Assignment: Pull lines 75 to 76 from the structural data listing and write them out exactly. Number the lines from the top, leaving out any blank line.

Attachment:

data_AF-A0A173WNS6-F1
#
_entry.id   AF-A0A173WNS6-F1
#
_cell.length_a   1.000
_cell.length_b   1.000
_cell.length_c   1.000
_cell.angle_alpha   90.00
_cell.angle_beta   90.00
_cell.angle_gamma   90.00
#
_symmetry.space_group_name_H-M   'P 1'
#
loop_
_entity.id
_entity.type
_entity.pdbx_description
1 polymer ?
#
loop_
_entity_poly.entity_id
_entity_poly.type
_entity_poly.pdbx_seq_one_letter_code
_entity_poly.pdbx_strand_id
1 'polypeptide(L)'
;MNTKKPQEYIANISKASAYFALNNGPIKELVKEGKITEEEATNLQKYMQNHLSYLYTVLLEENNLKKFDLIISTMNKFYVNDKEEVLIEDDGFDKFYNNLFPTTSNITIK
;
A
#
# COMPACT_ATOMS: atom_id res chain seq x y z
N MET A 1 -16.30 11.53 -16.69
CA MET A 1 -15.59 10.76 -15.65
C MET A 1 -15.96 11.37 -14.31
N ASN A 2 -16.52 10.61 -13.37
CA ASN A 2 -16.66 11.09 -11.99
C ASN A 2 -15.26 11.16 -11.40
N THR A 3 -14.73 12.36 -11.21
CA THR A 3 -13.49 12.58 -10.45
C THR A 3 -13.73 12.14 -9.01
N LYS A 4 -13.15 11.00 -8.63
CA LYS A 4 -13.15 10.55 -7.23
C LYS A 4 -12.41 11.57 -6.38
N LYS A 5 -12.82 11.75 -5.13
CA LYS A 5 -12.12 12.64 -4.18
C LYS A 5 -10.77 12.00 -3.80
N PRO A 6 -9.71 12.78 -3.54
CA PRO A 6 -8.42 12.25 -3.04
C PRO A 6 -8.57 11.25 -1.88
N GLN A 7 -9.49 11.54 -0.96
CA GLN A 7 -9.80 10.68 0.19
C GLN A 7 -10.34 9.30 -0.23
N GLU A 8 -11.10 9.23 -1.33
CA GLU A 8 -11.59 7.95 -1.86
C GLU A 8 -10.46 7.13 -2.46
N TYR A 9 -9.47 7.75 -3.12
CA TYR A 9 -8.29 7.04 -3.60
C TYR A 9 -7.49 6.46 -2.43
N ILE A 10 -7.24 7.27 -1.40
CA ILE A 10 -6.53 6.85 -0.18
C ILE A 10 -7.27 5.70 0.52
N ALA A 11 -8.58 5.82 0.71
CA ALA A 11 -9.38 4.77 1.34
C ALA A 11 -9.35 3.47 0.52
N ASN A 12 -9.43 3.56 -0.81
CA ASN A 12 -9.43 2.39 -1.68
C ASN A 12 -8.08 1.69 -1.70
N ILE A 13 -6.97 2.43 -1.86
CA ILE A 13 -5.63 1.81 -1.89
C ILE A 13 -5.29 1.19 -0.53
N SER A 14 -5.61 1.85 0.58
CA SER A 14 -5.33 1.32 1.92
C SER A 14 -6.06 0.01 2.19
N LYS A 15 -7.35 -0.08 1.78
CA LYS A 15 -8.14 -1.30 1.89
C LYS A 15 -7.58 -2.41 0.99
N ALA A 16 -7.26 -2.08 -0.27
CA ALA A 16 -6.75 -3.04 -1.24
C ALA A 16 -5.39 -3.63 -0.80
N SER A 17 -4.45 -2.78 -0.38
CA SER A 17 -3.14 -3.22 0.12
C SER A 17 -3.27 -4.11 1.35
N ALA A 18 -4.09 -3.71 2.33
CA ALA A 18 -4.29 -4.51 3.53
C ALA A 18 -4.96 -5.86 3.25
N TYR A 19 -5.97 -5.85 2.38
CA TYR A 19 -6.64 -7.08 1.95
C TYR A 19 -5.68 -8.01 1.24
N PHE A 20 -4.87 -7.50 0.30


C LYS A 15 -7.58 -2.41 0.99
N ALA A 16 -7.26 -2.08 -0.27